I hope I can be forgiven for this post by anyone who objects to Red Room "love fests" -- I promise not to make a habit of it -- but I really want to write a short entry about a book I read this week, one written by a Red Room author whom I have begun to consider an online friend. The book is called Baba: A Return to China Upon My Father's Shoulders, and its author is Belle Yang.
Obviously, I don't mean to offer anything like a book review, which implies an effort to maintain a critical distance from the text. Nor do I mean to describe the book in a comprehensive way -- the best introduction you could have to it comes in one of Belle's own blog posts.
What I do want to post here, briefly, are some of my reactions to the book as its fortunate reader, because I know myself the wonder and (usually!) pleasure of hearing responses to my writing, and I like to pass that experience on to others when possible. Readers' responses always teach me something about my work -- or even something about the subject of my work, or about writing in general -- that I didn't know. So. Some responses of my own:
- I gained a new appreciation for Belle's wicked sense of humor. One favorite moment of this, among many, is this passage in the description of the deathbed scene of a very old (and well-to-do) family patriarch: "When the long-expected words 'Yanquile! He no longer breathes!' were echoed by those at the bedside, then the real and pretend tears began in earnest." : ) To fully appreciate the humor here, you have to have been carried along, as I was, on the detailed descriptions of the many wonderful rituals and customs that the dying man's vast numbers of family members have gathered to carry out, all to ensure that he is properly honored. The narrator's voice is sincere, not ironic, in general, so when irony is called forth, it is surprising and funny.
- I am amazed by how richly rewarding it was to read the history that contextualizes her Baba's life. The impact of colonialism (at times Russian, Japanese, British, and otherwise) upon his childhood and young adulthood is relentless -- and yet the narrative makes clear how much of life, even in conditions of political and economic oppression, can be beautiful and rich and joyous nonetheless, because of the relationships and traditions that manage to survive against the odds. I say this as a devoted reader of literature (meaning, narrowly, creative writing) who too often approaches history as information I know I need to know, rather than as a narrative I'll enjoy reading. Belle's writing offers a singular (yet widely resonant) view of Chinese history as one important thread in a work of "creative nonfiction" -- the best of both worlds.
- Related to the first response is my appreciation of how well she melded her father's cultural standpoint with her own. She puts the difference best herself: "we had no natural understanding, Baba and I: his spiritual address was in the East, mine so much in the West." Her ability to bring these two "addresses" into coherent conversation with one another -- each respectfully interrogating the other -- makes the narrative speak with such clarity to a reader, like myself, who knows embarrassingly little about Chinese history and culture that goes below the superficial level. My appreciation also stems from my perspective as a writer who also comes from a culture about which surprisingly little is known (and perhaps even less understood) by many of the people who might decide to read my work.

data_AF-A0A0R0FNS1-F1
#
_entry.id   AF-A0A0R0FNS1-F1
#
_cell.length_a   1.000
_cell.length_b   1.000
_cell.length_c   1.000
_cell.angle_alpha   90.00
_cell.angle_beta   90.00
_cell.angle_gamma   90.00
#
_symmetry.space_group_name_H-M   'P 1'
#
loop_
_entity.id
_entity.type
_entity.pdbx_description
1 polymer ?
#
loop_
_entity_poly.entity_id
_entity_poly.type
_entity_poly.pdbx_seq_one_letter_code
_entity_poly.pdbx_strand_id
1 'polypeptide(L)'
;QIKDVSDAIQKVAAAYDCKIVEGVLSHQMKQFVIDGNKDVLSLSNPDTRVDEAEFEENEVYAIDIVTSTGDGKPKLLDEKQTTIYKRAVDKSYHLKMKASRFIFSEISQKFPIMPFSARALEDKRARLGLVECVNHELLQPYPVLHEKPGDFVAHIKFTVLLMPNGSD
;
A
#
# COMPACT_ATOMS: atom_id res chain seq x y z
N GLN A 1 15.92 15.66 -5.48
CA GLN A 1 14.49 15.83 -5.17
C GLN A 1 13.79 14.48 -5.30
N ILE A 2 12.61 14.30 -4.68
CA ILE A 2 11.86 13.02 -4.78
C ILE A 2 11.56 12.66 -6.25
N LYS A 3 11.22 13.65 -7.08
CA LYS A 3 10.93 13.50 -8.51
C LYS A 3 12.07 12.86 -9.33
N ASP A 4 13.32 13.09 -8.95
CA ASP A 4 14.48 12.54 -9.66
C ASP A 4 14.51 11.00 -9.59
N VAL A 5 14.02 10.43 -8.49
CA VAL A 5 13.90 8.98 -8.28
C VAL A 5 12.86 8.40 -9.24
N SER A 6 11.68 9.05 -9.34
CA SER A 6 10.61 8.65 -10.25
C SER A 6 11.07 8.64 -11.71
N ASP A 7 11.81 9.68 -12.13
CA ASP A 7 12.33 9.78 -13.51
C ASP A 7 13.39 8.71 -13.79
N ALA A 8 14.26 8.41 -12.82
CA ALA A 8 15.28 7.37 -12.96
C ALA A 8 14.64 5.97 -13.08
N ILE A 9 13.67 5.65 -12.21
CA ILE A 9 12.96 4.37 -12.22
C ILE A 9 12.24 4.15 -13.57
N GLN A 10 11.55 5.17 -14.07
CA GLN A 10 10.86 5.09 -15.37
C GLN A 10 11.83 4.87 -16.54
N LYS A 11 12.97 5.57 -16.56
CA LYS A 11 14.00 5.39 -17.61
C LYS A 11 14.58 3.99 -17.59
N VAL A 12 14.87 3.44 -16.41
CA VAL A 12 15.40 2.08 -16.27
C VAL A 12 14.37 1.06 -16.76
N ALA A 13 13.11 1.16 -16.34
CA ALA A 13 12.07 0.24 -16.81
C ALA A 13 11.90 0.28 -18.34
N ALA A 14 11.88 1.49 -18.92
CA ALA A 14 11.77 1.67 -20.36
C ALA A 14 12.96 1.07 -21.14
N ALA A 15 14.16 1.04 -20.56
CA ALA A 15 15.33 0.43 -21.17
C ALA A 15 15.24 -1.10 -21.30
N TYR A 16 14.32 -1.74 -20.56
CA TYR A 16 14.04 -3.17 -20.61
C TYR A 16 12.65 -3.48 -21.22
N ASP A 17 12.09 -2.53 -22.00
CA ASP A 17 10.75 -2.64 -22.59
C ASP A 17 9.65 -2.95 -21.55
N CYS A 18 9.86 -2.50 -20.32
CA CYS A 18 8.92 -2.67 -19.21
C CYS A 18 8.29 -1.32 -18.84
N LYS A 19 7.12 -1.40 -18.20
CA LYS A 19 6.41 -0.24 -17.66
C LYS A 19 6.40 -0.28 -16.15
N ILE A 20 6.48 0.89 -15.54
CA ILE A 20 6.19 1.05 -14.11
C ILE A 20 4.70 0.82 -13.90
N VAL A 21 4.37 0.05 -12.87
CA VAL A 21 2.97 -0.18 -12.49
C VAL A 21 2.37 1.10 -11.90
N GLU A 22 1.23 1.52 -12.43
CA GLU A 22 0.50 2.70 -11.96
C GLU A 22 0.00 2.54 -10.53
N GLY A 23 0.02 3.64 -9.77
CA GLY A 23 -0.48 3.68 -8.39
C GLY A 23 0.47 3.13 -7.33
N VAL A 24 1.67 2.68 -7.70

- Lest this be lost in the more philosophical and writerly points I've made, I want to say how strong my emotional response to the book was. Before I knew it, I was utterly bound up in a desire to know more, more, more, about Baba's life and family. I cheered for Baba's victories, large and small. Likewise, I was devastated to read about some of the losses the Yangs sustained over the course of Baba's youth, even though much of it was foreshadowed by what I've learned about Belle's family history just from reading her blog, as well as by the fact that certain parts of the narrative don't appear in linear, chronological order. She writes so beautifully and so caringly that I could not help but invest myself in the figures who cross her pages -- even those who show up only for a single chapter, like the unlucky, but stallwart Uncle Zhao and the poor, naive Uncle Yu.
- A final response, of the many I could still add: the whole book is transformed by the inclusion of Belle's gorgeous paintings and drawings. From the world depicted on the cover, to the prints that open each chapter with a symbolically significant representation of the story (all in glorious color), to the black & white ink drawings that illustrate smaller moments in each piece, the book just wouldn't be the same without the work that flowed from the "other side" of Belle's magical pen. (Mine comes only with one side -- the side that writes letters!) I am more eager than ever for her to finish the graphic novel she is working on!
I wish I had time to write at length about every book or work that moves me deeply. I do plan to write about things I'm reading as often as possible, so if you're looking for things to add to your to-read list, check back from time to time. But I couldn't let this opportunity to write about Belle's work pass. She is so generous with so many of us here in the RR, it is truly a pleasure to be able to give her something -- unbidden and unexpected and motivated simply by gratitude -- in return.